Fractal photo finish

Marianne Freiberger Share this page

The Mandelbrot set. Image Wolfgang Beyer.

If you're bored with your holiday snaps, then why not turn them into fractals? A new result by US mathematicians shows that you can turn any reasonable 2D shape into a fractal, and the fractals involved are very special too. They are intimately related to the famous Mandelbrot set.

The new result, which was proved by Kathryn A. Lindsey and the late William P. Thurston, works for any shape whose outline is made up of a finite collection of simple closed curves. These are continuous loops in the plane that don't intersect themselves. The fractals involved come from seeing how points in the plane are moved around by a particular class of mathematical function.

To understand how this works, think about the quadratic function

  \[ f(x)=x^2. \]    

When you plug $x=0$ into the function, the result,

  \[ f(0)=0^2=0, \]    

is again 0, so 0 is what’s called a fixed point. The same happens with $x=1, $ as

  \[ f(1)=1^2=1. \]    

Other values of $x$, however, are more interesting. Take $x=2$ for example. We get

  \[ f(2)=2^2=4. \]    

If you now apply the function again using 4 as your new value for $x$ you get:

  \[ f(4)=4^2=16. \]    

Using 16 as the new value for $x$ you get

  \[ f(16) = 16^2=256. \]    

You can see what happens if you repeat this process, always using the result of your last calculation as the new value for $x.$ The numbers you get become bigger and bigger, in fact you can make arbitrarily large numbers just by repeating this procedure. The sequence of numbers you get in this way, starting with the number 2, is called the orbit of 2 under the function $f$, and we say that the orbit of 2 escapes to infinity. In fact, for this particular function the orbit of any number that is bigger than 1 or smaller than -1 escapes to infinity.

But what happens for numbers that lie between -1 and 1, that is, for $-1<x<1$? Squaring a number between 0 and 1 always gives you something smaller and positive, so clearly these numbers don’t have orbits that escape to infinity. And since the square of a number between -1 and 0 is a number between 0 and 1, these points don’t have an escaping orbit either. As an example, look at the orbit of $x=-1/2:$

  \[ f(-1/2)=1/4, \]    
  \[ f(1/4)=1/16, \]    
  \[ f(1/16)=1/256, \]    

and so on. The numbers get smaller and smaller, they certainly don’t rush off to infinity. So what we’ve just established is that the orbit of all points $x$ with $x>1$ or $x<-1$ escape to infinity, while the orbits of all other points remain trapped in the interval $[-1,1].$

You can play a similar game for any function involving powers of $x$, such as

  \[ f(x) = x^{15}-3x^7+9x+5, \]    
  \[ f(x) = x^5+x^4+x^3+x^2+x+1, \]    


  \[ f(x) = x^{100}+2x^{51}+7. \]    

These functions are called polynomials and their general form is

  \[ f(x)=a_ nx^ n+a_{n-1}x^{n-1}+ ... + a_1x+a_0, \]    

where $a_0, a_1, ..., a_ n$ are constants. For all such functions there’ll be a selection of points whose orbits escape and a selection of points whose orbits remain trapped within an interval.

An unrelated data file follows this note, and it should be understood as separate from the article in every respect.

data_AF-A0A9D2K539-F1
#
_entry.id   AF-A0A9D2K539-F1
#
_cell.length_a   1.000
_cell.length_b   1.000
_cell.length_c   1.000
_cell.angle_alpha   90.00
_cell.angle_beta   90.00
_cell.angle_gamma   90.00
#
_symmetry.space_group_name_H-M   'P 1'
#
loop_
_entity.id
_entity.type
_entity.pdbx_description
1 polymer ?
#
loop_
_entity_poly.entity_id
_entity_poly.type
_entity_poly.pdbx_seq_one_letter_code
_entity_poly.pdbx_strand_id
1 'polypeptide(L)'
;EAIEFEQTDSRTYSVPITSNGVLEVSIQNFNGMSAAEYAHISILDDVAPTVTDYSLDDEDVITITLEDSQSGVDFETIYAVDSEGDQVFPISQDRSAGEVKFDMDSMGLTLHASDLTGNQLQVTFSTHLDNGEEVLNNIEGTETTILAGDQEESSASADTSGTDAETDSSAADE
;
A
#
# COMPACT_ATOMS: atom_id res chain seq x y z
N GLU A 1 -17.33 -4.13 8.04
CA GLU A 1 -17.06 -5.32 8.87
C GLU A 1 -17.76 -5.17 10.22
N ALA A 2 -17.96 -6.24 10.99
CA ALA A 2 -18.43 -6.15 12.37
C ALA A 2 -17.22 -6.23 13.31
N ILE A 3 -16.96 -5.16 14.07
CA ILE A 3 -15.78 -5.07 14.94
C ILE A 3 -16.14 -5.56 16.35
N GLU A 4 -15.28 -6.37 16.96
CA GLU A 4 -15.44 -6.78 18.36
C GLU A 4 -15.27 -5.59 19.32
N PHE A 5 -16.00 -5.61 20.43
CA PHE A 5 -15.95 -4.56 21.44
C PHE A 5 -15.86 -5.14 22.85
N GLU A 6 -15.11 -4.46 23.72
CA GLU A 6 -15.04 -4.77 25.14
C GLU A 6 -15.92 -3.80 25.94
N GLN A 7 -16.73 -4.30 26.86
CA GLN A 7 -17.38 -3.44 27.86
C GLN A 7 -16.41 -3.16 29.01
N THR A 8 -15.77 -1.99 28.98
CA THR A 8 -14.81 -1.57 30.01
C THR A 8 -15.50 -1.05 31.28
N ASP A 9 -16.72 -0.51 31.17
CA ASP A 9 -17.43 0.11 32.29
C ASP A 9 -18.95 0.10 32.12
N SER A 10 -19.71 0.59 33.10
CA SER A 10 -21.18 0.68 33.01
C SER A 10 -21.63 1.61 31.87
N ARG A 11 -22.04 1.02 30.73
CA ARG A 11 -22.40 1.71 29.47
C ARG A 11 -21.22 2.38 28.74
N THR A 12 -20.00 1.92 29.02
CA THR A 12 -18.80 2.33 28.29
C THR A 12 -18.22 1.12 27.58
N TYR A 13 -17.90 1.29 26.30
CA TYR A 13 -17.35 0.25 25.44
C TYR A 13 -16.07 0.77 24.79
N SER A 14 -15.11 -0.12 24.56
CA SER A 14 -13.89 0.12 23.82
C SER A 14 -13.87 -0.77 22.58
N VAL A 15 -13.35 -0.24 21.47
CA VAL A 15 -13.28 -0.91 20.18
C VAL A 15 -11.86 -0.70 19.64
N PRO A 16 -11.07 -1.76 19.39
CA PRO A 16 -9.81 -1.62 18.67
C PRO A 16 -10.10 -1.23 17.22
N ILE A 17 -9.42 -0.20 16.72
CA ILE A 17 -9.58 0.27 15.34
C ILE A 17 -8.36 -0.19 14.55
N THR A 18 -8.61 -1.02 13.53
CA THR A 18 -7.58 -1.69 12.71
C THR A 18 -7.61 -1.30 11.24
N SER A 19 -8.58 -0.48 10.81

A Julia set

The black area is the filled Julia set of a quadratic polynomial. Its outline is the Julia set.

But what does all of this have to do with shapes in the plane? In the examples above the polynomial functions were applied to the points that lie on the number line. But there's a way of turning them into functions that can be applied to points in the plane, so that the function sends every individual point $(x,y)$ to some other point $(z,w)$ in the plane. To do this you need to use complex numbers.

(See the article Unveiling the Mandelbrot set for details.)

Just as before with the number line, a function f now gives a partition of the plane into points with escaping and points with trapped orbits. The set of points with trapped orbits is called the filled Julia set of the function (after the French mathematician Gaston Julia). And the boundary of the filled Julia set, its outline, is called simply the Julia set. Generally Julia sets of polynomials are fractals: shapes of infinite complexity. Their crinkly outline remains just as crinkly, no matter how closely you zoom in on them. (See this article for more on fractals.)

The new result says that any simple closed curve in the plane can be approximated by the Julia set of a polynomial — you can match the curve by the Julia set — and that such an approximation can be made as precise as you like. If you're trying to approximate a whole collection of simple closed curves, you may need to use functions that are slightly more complicated. They are called rational functions and are what you get from dividing one polynomial by another. The collection of curves can then be approximated by parts of the Julia sets of these functions.

Martin Skutella

A Julia set in the shape of a cat. To see its crinkliness, look at this larger version. Image: Kathryn Lindsey and William Thurston.

And what's the connection to the Mandelbrot set? It turns out that the points on the plane can be used to label quadratic polynomials: every single quadratic polynomial can be associated to exactly one point in the plane (see Unveiling the Mandelbrot set for details). The points that belong to the Mandelbrot set, coloured black in the picture of the Mandelbrot set above, correspond to quadratic polynomials whose Julia sets consist of just one component, rather than a collection of separate chunks. The Mandelbrot set is itself a fractal and it's pretty universal. It doesn't only come up in connection with quadratic polynomials, but also in connection with many other classes of functions.

A preprint paper of the new result has been published on arxiv.org. Not the easiest way of spicing up your photos perhaps, but one that will delight mathematicians.